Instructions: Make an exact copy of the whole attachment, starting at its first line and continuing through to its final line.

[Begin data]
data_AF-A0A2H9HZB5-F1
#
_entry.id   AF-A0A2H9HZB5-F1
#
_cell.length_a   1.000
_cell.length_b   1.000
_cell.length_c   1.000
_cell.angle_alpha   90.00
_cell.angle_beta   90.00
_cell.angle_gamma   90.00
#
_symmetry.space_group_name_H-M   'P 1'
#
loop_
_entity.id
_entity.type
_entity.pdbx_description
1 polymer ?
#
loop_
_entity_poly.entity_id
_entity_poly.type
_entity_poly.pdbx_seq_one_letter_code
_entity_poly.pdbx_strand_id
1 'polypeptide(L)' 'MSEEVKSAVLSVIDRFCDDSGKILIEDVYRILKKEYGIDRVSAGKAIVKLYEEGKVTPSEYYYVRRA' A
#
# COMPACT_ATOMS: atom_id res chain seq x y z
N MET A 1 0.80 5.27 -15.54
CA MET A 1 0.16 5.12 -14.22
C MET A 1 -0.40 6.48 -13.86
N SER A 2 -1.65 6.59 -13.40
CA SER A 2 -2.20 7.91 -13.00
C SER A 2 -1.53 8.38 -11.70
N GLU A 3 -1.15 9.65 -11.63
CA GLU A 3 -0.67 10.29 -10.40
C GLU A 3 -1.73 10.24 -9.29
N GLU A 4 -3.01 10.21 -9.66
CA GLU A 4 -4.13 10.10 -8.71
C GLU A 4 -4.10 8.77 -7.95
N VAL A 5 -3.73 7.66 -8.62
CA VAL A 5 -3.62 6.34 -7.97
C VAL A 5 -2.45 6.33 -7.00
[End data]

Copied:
data_AF-A0A2H9HZB5-F1
#
_entry.id   AF-A0A2H9HZB5-F1
#
_cell.length_a   1.000
_cell.length_b   1.000
_cell.length_c   1.000
_cell.angle_alpha   90.00
_cell.angle_beta   90.00
_cell.angle_gamma   90.00
#
_symmetry.space_group_name_H-M   'P 1'
#
loop_
_entity.id
_entity.type
_entity.pdbx_description
1 polymer ?
#
loop_
_entity_poly.entity_id
_entity_poly.type
_entity_poly.pdbx_seq_one_letter_code
_entity_poly.pdbx_strand_id
1 'polypeptide(L)' 'MSEEVKSAVLSVIDRFCDDSGKILIEDVYRILKKEYGIDRVSAGKAIVKLYEEGKVTPSEYYYVRRA' A
#
# COMPACT_ATOMS: atom_id res chain seq x y z
N MET A 1 0.80 5.27 -15.54
CA MET A 1 0.16 5.12 -14.22
C MET A 1 -0.40 6.48 -13.86
N SER A 2 -1.65 6.59 -13.40
CA SER A 2 -2.20 7.91 -13.00
C SER A 2 -1.53 8.38 -11.70
N GLU A 3 -1.15 9.65 -11.63
CA GLU A 3 -0.67 10.29 -10.40
C GLU A 3 -1.73 10.24 -9.29
N GLU A 4 -3.01 10.21 -9.66
CA GLU A 4 -4.13 10.10 -8.71
C GLU A 4 -4.10 8.77 -7.95
N VAL A 5 -3.73 7.66 -8.62
CA VAL A 5 -3.62 6.34 -7.97
C VAL A 5 -2.45 6.33 -7.00